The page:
Mexican Drug Lords Vs. Cybervigilantes & Social Media

John P. Sullivan and Adam Elkus write:

The Mexican drug war cannot be understood without reference to the virtual dimension. Cartels are seeking to aggressively shape the use of information within the drug war to promote an image of themselves as a source of unstoppable power and influence. Their methods range from the classic “propaganda of the deed” — killing for intimidation and effect — to psychological operations against Mexican police, military, and the public. By doing so, cartels struggle for information dominance. Civil society and press coverage of the cartel war have been quite literally silenced, pushing reportage to the margins of social media. However, the entry of cyber-vigilante organizations and use of new media by cartel gangsters have created a new dynamic that could change the rules of the game.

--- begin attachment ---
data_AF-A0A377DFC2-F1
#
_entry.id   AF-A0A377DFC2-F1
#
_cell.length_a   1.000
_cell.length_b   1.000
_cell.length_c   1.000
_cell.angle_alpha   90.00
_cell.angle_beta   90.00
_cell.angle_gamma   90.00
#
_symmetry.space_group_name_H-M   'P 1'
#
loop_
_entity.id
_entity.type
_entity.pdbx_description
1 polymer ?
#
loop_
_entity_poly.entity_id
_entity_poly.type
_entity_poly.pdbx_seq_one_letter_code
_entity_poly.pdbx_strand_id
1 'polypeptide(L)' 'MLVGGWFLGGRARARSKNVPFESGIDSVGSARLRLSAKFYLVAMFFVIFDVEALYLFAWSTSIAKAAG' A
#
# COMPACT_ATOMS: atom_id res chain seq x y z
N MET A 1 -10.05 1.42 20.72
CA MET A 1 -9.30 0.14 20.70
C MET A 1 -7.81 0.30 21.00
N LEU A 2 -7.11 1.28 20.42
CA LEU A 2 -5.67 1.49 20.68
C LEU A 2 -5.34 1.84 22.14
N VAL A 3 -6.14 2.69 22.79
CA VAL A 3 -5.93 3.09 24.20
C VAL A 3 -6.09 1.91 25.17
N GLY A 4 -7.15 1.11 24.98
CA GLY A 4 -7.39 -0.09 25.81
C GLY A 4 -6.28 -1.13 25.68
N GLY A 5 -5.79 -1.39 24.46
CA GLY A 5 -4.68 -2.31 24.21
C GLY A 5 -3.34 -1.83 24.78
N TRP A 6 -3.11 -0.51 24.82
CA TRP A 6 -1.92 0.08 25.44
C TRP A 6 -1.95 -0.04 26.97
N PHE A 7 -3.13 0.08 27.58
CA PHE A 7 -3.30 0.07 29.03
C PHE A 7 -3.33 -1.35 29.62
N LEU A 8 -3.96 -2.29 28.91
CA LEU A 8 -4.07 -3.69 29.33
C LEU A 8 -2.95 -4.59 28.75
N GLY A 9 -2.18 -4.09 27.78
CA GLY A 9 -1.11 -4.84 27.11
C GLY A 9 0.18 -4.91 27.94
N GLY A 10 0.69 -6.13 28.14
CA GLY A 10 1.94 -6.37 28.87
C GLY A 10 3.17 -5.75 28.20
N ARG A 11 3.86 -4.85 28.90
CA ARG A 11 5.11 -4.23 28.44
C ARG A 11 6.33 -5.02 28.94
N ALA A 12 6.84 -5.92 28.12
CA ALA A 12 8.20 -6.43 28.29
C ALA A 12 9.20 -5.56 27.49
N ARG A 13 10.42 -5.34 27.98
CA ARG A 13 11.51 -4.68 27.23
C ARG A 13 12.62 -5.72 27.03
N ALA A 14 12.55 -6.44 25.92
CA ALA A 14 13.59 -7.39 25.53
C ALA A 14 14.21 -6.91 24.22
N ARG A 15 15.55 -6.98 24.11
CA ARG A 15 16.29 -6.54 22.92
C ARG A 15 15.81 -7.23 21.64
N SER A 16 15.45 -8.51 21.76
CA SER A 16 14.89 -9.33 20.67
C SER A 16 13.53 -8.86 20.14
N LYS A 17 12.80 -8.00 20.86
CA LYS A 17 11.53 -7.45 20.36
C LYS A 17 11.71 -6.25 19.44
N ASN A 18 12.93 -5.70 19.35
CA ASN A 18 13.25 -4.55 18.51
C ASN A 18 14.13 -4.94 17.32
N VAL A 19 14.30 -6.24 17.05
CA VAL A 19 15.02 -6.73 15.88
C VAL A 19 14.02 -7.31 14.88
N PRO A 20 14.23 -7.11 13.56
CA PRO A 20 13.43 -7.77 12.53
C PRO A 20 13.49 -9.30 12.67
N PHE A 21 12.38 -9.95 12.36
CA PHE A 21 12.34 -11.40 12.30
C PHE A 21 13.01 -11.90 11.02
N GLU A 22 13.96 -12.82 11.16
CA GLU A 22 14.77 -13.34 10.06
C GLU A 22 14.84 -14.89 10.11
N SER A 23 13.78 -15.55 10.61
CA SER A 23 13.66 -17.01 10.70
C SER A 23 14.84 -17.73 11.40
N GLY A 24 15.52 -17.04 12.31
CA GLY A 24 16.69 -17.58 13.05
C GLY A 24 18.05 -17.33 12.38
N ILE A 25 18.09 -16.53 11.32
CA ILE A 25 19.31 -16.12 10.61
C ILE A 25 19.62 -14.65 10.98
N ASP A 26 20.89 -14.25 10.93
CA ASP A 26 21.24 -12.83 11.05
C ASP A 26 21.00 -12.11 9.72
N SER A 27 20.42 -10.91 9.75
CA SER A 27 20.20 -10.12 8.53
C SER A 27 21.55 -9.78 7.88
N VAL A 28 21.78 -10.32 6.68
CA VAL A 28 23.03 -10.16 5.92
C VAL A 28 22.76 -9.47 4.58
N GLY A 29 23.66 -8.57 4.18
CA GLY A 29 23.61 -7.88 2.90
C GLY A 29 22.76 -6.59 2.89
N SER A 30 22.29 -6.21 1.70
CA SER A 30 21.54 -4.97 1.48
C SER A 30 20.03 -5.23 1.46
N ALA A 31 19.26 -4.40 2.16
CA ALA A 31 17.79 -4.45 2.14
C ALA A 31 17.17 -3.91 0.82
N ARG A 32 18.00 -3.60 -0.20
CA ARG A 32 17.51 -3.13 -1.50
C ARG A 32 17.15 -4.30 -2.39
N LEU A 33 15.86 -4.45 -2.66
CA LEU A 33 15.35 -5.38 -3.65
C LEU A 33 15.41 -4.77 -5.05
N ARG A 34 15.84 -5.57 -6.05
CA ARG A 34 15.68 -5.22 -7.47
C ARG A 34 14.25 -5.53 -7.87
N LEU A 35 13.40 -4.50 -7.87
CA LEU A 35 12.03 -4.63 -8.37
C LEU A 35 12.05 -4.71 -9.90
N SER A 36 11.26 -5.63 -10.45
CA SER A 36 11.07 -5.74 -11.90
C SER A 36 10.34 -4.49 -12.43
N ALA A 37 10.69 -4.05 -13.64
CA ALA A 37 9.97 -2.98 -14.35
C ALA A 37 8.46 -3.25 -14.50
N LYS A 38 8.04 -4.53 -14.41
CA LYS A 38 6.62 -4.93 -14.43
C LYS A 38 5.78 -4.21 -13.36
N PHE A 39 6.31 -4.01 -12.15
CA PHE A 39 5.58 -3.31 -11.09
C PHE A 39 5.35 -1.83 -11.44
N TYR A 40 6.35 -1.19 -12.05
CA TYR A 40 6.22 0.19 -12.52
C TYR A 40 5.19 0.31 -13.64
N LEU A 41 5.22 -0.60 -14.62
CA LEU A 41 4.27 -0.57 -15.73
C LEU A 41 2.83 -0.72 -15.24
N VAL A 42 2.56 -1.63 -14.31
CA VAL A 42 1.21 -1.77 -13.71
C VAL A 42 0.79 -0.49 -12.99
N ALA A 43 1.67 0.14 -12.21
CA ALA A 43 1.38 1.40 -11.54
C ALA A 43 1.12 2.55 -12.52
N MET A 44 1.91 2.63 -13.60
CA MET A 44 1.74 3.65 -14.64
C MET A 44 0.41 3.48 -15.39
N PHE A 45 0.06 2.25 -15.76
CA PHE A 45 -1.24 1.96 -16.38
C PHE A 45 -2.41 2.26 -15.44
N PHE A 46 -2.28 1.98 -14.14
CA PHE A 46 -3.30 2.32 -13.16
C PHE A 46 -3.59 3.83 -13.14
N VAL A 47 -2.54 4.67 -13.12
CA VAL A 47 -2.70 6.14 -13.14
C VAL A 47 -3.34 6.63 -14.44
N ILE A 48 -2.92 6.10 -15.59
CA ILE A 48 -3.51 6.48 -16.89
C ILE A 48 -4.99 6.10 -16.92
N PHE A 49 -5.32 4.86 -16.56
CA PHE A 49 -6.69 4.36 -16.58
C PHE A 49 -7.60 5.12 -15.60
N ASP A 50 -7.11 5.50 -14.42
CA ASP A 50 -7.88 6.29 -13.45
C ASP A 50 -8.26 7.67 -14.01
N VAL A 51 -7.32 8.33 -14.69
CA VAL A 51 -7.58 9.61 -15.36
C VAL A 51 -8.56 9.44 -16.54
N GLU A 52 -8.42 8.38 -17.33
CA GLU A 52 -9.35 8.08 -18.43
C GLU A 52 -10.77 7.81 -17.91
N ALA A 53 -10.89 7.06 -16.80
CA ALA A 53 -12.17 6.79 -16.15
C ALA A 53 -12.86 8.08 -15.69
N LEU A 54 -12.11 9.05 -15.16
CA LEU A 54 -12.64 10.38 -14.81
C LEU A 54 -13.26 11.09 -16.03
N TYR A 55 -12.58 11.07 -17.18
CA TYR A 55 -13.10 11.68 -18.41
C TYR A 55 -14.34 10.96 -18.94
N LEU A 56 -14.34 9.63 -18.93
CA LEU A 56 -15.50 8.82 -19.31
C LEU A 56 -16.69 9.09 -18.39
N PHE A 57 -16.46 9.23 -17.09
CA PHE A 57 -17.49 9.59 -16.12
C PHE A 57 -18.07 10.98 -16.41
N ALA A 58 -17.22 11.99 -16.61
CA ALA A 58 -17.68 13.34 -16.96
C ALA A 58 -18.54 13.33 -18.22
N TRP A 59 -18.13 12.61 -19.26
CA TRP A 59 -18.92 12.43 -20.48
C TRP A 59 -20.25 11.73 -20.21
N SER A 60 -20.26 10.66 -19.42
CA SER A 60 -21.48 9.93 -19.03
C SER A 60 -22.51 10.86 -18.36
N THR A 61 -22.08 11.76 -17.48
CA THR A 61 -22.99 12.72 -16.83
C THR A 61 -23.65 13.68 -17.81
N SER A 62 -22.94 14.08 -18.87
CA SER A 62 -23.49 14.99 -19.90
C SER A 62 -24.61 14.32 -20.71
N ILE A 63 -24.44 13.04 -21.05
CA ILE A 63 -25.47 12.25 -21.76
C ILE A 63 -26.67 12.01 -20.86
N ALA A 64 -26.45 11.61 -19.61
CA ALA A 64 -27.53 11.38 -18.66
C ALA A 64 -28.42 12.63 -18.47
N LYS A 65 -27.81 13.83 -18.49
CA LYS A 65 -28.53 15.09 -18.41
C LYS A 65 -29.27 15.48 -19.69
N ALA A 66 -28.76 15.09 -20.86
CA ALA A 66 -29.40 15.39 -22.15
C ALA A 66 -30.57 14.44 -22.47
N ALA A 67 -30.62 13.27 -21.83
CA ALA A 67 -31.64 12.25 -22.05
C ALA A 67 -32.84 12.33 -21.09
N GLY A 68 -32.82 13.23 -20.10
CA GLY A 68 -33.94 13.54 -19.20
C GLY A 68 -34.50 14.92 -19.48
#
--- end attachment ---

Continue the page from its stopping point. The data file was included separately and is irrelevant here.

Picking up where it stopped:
First, it is essential to understand that advances in information, while hailed as revolutionary, also tend to be excellent tools for facilitating the violent coercion and destruction of human life. The Chinese “human flesh search engine,” the informal name for crowdsourced cyber-vigilantism among the country’s wired “netizens” is a massively parallel, largely self-organized sensor system for locating and punishing individuals who transgress against social norms. In his paper on cyberocracy, the RAND Corporation information theorist David Ronfeldt analogized the East German state as a kind of cybernetic entity that used a complex array of technologies for surveillance and control and large state bureaucracies to regulate social life on both the individual and societal level…

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